If you need money to cover a costly and unforeseen event that is stressing you out, the first thing you should look at is your emergency fund. That’s the purpose of your emergency fund, after all. It’s generally recommended that you keep your emergency fund in a high-yield savings account, such as Ally Bank’s or Goldman Sachs’ Marcus, as these typically earn more interest than a savings account. traditional savings.

If you don’t have an emergency fund, you might consider turning to other non-retirement savings that you have set aside.

Ally Bank Online Savings Account

Ally Bank is a member of the FDIC.

  • Annual Percentage Yield (APY)

  • The minimum balance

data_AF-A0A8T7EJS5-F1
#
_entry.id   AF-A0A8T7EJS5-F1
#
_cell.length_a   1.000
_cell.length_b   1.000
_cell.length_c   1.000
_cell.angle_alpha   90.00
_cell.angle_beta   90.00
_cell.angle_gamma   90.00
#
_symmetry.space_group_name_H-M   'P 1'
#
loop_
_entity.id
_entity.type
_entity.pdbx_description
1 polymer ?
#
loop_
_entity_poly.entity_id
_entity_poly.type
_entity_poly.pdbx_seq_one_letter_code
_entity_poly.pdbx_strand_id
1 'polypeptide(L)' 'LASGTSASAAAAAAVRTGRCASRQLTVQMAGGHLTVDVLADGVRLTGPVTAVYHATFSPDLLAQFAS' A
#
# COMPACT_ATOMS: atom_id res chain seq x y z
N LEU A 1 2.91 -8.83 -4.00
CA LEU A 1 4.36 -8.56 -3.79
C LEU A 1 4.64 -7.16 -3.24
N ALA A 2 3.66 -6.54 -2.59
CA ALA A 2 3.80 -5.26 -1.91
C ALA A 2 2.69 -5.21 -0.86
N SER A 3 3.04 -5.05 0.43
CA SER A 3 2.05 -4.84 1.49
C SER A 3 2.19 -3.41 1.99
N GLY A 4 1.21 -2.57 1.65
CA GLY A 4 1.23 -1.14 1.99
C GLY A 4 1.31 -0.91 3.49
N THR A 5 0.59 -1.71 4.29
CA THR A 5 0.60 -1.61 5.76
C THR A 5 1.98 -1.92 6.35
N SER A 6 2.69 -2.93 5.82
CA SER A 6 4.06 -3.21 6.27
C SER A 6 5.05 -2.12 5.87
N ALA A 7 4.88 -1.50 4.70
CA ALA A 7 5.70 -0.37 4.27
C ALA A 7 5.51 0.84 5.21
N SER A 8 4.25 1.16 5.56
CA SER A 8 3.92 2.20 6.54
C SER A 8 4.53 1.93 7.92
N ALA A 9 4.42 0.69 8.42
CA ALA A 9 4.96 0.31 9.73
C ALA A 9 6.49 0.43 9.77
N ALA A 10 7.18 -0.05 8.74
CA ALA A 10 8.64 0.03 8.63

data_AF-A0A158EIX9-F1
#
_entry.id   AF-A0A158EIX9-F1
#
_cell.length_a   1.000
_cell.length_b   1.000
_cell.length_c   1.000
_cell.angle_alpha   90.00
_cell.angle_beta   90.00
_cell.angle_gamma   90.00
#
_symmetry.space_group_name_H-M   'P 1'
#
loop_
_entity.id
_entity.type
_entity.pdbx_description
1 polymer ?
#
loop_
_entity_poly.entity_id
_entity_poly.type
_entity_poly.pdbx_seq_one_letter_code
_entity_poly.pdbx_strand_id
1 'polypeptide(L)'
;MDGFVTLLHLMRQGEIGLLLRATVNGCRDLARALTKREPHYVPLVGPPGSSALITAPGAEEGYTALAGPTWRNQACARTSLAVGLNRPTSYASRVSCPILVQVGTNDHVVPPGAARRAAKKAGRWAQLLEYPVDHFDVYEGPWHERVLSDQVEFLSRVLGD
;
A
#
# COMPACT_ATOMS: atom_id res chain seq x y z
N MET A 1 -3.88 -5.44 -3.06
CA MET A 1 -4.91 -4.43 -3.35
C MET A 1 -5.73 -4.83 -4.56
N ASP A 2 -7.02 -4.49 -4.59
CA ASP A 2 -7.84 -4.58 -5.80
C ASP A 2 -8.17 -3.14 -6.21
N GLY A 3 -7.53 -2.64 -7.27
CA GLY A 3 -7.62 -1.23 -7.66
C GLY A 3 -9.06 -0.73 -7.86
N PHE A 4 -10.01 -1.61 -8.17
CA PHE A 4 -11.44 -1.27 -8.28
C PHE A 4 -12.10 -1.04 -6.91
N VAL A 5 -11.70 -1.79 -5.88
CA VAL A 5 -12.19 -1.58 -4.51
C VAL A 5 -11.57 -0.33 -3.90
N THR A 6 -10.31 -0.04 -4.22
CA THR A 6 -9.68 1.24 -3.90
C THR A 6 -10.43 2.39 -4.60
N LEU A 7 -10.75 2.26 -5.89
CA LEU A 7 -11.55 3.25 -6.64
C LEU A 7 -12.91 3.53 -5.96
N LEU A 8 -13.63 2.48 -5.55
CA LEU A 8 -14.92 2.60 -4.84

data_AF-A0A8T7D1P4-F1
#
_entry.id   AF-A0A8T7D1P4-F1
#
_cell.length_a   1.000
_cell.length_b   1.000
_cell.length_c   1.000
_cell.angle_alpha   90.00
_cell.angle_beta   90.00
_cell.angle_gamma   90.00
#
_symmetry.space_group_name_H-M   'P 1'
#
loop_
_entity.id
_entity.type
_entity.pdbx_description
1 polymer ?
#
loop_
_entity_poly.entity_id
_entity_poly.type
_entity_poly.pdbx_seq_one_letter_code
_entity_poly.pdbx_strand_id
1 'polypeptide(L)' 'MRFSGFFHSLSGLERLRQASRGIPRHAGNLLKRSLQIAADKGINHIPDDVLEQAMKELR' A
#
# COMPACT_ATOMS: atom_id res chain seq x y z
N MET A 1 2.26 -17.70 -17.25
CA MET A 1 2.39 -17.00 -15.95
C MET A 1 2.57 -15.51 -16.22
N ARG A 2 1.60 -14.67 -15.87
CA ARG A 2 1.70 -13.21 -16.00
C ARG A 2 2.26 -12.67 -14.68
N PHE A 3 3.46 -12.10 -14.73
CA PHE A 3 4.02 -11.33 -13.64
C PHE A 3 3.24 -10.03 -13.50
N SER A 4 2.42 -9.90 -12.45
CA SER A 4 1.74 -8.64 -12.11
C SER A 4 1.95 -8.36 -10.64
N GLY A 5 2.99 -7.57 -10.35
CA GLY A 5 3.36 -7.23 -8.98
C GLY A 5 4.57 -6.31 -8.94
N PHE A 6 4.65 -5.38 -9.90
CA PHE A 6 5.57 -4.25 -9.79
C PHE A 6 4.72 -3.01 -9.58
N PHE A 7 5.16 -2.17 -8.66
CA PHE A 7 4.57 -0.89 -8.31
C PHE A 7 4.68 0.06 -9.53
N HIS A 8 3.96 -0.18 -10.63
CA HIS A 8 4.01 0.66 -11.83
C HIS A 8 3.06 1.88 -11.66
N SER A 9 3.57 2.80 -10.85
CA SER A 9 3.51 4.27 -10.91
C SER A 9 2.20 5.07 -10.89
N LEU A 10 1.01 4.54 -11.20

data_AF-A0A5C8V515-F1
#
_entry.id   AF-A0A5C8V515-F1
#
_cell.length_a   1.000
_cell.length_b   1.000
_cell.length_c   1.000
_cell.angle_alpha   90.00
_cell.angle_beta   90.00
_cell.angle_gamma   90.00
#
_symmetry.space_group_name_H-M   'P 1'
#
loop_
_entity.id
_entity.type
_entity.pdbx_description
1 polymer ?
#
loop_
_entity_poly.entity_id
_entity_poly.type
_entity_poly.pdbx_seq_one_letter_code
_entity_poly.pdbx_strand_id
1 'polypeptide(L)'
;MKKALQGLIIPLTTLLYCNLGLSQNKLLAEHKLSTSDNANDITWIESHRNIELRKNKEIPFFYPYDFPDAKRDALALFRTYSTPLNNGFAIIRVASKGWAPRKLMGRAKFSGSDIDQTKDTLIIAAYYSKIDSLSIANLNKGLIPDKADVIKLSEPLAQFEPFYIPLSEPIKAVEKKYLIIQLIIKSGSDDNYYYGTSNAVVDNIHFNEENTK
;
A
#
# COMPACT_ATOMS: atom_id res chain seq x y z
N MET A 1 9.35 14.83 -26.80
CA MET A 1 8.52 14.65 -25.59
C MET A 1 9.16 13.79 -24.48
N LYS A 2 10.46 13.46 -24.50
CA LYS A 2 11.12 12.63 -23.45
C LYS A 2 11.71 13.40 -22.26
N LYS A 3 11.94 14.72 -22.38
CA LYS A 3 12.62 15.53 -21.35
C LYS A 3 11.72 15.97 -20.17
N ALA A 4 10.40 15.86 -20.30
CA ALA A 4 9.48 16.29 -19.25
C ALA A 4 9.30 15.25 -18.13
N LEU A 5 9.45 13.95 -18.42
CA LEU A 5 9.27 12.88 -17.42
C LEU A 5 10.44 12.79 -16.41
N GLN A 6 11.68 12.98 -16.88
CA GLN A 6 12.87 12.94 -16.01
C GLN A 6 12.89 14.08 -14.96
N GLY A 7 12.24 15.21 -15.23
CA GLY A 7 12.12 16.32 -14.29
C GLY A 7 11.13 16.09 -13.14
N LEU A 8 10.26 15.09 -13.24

• Monthly fee

    No monthly maintenance fees

  • Maximum transactions

    Up to 6 free withdrawals or transfers per statement cycle *Cycle withdrawal limit of 6/instructions is waived during the Coronavirus outbreak under Regulation D

  • Excessive transaction fees

  • Overdraft fees

  • Offer a current account?

  • Offer an ATM card?

    Yes, if you have an Ally current account

Marcus by Goldman Sachs High Yield Online Savings

Goldman Sachs Bank USA is a member of the FDIC.

  • Annual Percentage Yield (APY)

  • The minimum balance

    None to open; $1 to earn interest

  • Monthly fee

  • Maximum transactions

    Up to 6 free withdrawals or transfers per statement cycle *Cycle withdrawal limit of 6/instructions is waived during the Coronavirus outbreak under Regulation D

  • Excessive transaction fees

  • Overdraft fees

  • Offer a current account?

  • Offer an ATM card?

U.S. Bank Visa® Platinum Card

On the secure site of US Bank

  • Awards

  • welcome bonus

  • Annual subscription

  • Introduction AVR

    0% for the first 20 billing cycles on balance transfers and purchases

  • Regular APR